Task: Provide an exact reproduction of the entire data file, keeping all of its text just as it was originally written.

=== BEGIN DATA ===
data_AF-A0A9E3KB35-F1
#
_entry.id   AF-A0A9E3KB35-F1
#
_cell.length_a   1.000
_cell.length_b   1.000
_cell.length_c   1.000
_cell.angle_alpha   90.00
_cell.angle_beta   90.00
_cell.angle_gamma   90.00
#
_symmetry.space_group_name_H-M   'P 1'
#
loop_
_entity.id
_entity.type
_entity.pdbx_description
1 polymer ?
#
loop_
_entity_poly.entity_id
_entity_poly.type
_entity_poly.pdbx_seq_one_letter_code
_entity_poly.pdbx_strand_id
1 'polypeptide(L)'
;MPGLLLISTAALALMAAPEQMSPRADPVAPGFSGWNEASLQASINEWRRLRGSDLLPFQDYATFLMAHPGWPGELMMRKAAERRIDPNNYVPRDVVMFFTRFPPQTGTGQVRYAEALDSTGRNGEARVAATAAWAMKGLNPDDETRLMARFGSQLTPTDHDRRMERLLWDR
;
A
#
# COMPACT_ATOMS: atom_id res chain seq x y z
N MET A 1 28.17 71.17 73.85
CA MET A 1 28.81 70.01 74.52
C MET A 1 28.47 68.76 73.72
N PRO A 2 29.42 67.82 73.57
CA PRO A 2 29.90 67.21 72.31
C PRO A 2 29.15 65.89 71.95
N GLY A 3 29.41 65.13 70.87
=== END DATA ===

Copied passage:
data_AF-A0A9E3KB35-F1
#
_entry.id   AF-A0A9E3KB35-F1
#
_cell.length_a   1.000
_cell.length_b   1.000
_cell.length_c   1.000
_cell.angle_alpha   90.00
_cell.angle_beta   90.00
_cell.angle_gamma   90.00
#
_symmetry.space_group_name_H-M   'P 1'
#
loop_
_entity.id
_entity.type
_entity.pdbx_description
1 polymer ?
#
loop_
_entity_poly.entity_id
_entity_poly.type
_entity_poly.pdbx_seq_one_letter_code
_entity_poly.pdbx_strand_id
1 'polypeptide(L)'
;MPGLLLISTAALALMAAPEQMSPRADPVAPGFSGWNEASLQASINEWRRLRGSDLLPFQDYATFLMAHPGWPGELMMRKAAERRIDPNNYVPRDVVMFFTRFPPQTGTGQVRYAEALDSTGRNGEARVAATAAWAMKGLNPDDETRLMARFGSQLTPTDHDRRMERLLWDR
;
A
#
# COMPACT_ATOMS: atom_id res chain seq x y z
N MET A 1 28.17 71.17 73.85
CA MET A 1 28.81 70.01 74.52
C MET A 1 28.47 68.76 73.72
N PRO A 2 29.42 67.82 73.57
CA PRO A 2 29.90 67.21 72.31
C PRO A 2 29.15 65.89 71.95
N GLY A 3 29.41 65.13 70.87